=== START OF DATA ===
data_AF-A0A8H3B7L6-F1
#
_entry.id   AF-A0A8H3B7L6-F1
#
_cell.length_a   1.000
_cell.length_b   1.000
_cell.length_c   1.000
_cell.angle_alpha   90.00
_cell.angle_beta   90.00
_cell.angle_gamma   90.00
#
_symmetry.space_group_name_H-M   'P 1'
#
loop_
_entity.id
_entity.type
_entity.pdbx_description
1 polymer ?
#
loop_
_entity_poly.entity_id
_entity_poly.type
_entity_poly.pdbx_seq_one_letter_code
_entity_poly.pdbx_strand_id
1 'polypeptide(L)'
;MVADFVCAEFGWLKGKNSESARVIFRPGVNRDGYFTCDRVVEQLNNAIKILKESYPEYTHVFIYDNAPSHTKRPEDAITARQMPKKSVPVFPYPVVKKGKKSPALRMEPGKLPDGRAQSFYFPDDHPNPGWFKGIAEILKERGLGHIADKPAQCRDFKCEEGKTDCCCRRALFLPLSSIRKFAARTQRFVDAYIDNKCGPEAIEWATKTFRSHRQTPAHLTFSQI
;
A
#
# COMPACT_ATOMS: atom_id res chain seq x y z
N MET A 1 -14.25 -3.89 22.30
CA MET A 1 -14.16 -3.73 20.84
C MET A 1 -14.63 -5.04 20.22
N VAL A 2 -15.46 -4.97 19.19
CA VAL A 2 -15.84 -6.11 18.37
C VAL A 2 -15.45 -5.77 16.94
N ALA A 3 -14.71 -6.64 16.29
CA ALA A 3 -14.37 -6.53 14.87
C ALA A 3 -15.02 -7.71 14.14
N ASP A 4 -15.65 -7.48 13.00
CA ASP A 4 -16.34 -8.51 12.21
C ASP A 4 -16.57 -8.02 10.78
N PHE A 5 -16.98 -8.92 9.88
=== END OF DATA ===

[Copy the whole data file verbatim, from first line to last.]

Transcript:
data_AF-A0A8H3B7L6-F1
#
_entry.id   AF-A0A8H3B7L6-F1
#
_cell.length_a   1.000
_cell.length_b   1.000
_cell.length_c   1.000
_cell.angle_alpha   90.00
_cell.angle_beta   90.00
_cell.angle_gamma   90.00
#
_symmetry.space_group_name_H-M   'P 1'
#
loop_
_entity.id
_entity.type
_entity.pdbx_description
1 polymer ?
#
loop_
_entity_poly.entity_id
_entity_poly.type
_entity_poly.pdbx_seq_one_letter_code
_entity_poly.pdbx_strand_id
1 'polypeptide(L)'
;MVADFVCAEFGWLKGKNSESARVIFRPGVNRDGYFTCDRVVEQLNNAIKILKESYPEYTHVFIYDNAPSHTKRPEDAITARQMPKKSVPVFPYPVVKKGKKSPALRMEPGKLPDGRAQSFYFPDDHPNPGWFKGIAEILKERGLGHIADKPAQCRDFKCEEGKTDCCCRRALFLPLSSIRKFAARTQRFVDAYIDNKCGPEAIEWATKTFRSHRQTPAHLTFSQI
;
A
#
# COMPACT_ATOMS: atom_id res chain seq x y z
N MET A 1 -14.25 -3.89 22.30
CA MET A 1 -14.16 -3.73 20.84
C MET A 1 -14.63 -5.04 20.22
N VAL A 2 -15.46 -4.97 19.19
CA VAL A 2 -15.84 -6.11 18.37
C VAL A 2 -15.45 -5.77 16.94
N ALA A 3 -14.71 -6.64 16.29
CA ALA A 3 -14.37 -6.53 14.87
C ALA A 3 -15.02 -7.71 14.14
N ASP A 4 -15.65 -7.48 13.00
CA ASP A 4 -16.34 -8.51 12.21
C ASP A 4 -16.57 -8.02 10.78
N PHE A 5 -16.98 -8.92 9.88